Tom Braslavsky: Alcohol education is the answer

Alcohol is the most harmful drug – worse than heroin, crack cocaine and methamphetamines.

That is what a UK-based group of scientists published last week in a study in the medical journal The Lancet. The researchers ranked 20 drugs on 16 criteria relating to the drugs’ harmful effects on individuals, and alcohol came out on top. Alcohol led in criteria like risk for injury, economic cost and impact on the community.

Bringing this message closer to home, the EMeRG staff is working harder than ever this semester, treating and evacuating scores of students in alcohol-related situations. According to a press release that was up on the EMeRG website Friday – but was removed over the weekend – this year’s Halloween weekend saw 27 alcohol-related calls to our University’s volunteer emergency service, which is a record.

These new figures highlight the need to re-examine attitudes toward binge drinking among students at college campuses across the country, especially at GW. At the base of this re-examination lie the principles of education and awareness.

Many of us have gone through some kind of lecture on the dangers of alcohol and other drugs. At the same time, there are many who are unaware of some basic facts and simply shrug off these risks. Freshmen who are away from home for the first time in their lives have not been known to make the best decisions. Without awareness of the real dangers of drinking irresponsibly, bad things can happen.

Alcohol education should be required for freshmen within the first two weeks of the fall semester. This initiative should either be led by leadership in each individual residence hall, or by experienced guest speakers giving engaging speeches on the topic. This will ensure that new students are armed with knowledge about the potential consequences of their actions.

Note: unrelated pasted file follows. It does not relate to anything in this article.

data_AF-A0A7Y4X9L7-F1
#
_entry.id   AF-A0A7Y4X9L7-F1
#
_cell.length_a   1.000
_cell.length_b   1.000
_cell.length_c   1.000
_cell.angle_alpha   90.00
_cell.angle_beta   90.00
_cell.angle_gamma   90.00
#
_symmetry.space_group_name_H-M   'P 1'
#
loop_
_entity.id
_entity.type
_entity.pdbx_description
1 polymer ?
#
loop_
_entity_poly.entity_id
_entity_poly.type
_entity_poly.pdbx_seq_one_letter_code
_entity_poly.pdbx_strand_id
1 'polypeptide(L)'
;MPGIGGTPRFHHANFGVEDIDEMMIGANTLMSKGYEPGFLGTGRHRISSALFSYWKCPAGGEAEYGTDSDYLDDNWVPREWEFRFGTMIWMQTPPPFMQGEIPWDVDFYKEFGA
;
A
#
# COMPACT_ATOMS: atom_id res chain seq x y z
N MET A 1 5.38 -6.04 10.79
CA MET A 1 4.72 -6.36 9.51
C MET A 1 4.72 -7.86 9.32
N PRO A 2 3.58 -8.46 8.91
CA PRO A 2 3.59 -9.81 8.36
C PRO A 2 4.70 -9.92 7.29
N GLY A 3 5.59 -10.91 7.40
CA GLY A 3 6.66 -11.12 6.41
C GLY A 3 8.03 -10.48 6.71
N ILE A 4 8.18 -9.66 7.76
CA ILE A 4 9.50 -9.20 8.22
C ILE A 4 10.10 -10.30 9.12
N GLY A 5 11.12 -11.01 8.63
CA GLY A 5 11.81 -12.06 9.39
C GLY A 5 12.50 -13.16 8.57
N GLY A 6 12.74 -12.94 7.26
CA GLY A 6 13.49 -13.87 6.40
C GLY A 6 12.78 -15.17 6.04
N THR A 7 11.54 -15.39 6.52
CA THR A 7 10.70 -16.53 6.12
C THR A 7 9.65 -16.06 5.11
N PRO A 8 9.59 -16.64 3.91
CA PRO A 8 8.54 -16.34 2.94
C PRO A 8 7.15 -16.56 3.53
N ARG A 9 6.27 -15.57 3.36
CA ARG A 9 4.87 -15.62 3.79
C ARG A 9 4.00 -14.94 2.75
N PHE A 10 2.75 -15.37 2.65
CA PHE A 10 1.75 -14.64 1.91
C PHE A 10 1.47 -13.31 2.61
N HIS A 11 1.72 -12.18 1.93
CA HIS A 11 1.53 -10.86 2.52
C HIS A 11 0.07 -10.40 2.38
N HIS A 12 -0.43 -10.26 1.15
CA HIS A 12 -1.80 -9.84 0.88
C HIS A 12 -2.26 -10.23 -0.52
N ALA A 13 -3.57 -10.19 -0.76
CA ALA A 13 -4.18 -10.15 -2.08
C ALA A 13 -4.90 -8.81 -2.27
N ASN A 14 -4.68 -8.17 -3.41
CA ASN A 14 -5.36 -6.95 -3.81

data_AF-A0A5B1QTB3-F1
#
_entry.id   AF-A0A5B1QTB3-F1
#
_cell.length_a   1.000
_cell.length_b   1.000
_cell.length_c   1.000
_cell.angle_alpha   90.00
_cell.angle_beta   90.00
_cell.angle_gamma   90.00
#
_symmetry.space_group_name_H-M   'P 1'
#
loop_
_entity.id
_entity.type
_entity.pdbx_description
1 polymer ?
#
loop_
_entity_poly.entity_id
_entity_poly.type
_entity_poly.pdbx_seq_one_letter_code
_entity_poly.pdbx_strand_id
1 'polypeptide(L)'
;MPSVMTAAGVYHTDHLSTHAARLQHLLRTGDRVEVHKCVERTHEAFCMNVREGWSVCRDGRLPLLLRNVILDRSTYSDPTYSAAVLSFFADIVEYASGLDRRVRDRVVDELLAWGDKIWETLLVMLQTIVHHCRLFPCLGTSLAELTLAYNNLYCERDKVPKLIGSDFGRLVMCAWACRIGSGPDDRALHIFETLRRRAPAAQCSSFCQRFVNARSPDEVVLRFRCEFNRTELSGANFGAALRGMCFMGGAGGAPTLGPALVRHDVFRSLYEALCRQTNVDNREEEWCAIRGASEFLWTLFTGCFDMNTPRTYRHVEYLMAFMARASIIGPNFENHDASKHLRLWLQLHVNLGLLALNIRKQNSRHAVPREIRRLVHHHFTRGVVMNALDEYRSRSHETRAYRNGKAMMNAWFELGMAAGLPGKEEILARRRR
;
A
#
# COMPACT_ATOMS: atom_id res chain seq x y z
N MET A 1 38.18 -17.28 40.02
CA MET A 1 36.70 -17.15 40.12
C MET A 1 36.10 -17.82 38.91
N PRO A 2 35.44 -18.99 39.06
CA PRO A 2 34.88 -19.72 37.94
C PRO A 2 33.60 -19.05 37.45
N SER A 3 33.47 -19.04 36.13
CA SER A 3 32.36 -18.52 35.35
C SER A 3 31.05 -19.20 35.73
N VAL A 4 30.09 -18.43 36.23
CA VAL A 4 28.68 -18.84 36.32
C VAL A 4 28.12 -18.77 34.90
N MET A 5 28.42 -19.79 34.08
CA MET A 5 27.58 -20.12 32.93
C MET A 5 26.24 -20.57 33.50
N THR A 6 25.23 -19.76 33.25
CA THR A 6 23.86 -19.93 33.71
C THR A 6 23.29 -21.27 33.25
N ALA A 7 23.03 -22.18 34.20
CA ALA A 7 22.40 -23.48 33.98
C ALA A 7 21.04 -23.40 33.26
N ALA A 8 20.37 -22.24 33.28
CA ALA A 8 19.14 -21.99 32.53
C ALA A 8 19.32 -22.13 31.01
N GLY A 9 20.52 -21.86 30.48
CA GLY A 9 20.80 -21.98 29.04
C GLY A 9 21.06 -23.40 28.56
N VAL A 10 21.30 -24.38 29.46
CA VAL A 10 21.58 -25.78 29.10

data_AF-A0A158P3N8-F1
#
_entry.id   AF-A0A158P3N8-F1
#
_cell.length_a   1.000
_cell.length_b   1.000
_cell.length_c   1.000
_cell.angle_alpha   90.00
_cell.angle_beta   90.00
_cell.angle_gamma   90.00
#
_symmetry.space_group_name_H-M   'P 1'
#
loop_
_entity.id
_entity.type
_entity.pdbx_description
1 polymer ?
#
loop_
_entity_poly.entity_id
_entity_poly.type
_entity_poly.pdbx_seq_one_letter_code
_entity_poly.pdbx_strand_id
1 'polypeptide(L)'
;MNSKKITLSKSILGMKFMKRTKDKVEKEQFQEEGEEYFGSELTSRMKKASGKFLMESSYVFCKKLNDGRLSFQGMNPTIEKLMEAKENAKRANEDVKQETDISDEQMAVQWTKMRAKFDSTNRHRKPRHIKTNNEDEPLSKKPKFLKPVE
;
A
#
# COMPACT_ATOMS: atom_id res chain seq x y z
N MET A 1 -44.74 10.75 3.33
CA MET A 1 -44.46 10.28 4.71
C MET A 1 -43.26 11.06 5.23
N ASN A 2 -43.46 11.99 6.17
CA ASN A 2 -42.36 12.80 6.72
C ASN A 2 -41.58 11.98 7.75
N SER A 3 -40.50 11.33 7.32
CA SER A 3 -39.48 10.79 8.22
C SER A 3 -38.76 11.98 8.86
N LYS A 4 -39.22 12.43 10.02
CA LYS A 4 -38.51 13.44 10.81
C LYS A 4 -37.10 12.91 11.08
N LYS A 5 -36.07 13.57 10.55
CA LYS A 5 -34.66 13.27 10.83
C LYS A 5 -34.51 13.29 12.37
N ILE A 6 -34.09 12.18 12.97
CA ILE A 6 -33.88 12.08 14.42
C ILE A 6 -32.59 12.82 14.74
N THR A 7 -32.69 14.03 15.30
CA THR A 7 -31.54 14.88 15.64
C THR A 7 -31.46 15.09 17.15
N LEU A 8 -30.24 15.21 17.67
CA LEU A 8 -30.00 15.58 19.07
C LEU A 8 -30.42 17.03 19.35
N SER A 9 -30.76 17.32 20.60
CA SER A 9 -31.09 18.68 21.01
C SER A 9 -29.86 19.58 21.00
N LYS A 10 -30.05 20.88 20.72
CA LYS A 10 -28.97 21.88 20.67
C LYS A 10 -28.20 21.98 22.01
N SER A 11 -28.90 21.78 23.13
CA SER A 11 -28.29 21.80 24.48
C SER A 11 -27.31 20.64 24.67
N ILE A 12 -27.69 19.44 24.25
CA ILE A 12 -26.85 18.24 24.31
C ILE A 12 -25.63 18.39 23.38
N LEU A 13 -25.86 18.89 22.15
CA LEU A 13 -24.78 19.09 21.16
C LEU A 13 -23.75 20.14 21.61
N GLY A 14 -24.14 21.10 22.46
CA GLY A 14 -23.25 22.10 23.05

Similarly, all Greek-letter life organizations should also have mandatory alcohol education every year, making sure that all members know the risks and responsibilities of being around the substance. This is an important point because as GW Greek-letter life grows and becomes more influential on campus, we do not want it to begin altering some of the underlying differences between the social scene at GW and one at a state school. If all fraternity and sorority members can set the example of being trained in alcohol management, it would put the issue out into the open, make weekends safer and perhaps increase discussion about alcohol abuse in GW’s public square.

Some universities have proposed additional ways of dealing with alcohol abuse. Two years ago, 135 college presidents and chancellors signed the Amethyst Initiative, supporting a lower drinking age as the path to eliminating the binge-drinking student culture. Lower the drinking age, the argument went, and underage students won’t feel the need to get wasted every weekend. This is partly because it will be legal and partly because they will better know their limits. This proposal is still on the table, and maybe GW’s leadership could look into it, too.

Alcohol abuse on campus caused 1,825 student deaths and about 600,000 unintentional injuries in 2009, according to the federal government’s official “College Drinking Prevention” website. These numbers and the Lancet study should spark debate, but they should not be misunderstood. Of course, alcohol is not the worst substance in every single category. And no one is encouraging the use of other drugs because they’re not as bad. For one, alcohol is legal after a certain age and has been used throughout history by most of the world’s civilizations for social, cultural and religious purposes. Drinking in moderation poses few health risks, and in fact may sometimes have health benefits (red wine, anyone?).

But with such a high potential for abuse, students should have no illusions about drinking. Anyone can make a mistake one night and do something irresponsible – hopefully, not too irresponsible. In fighting alcohol abuse, awareness and knowledge are the two most important tools in preventing such mistakes.

-The writer, a junior majoring in international affairs, is a Hatchet columnist.

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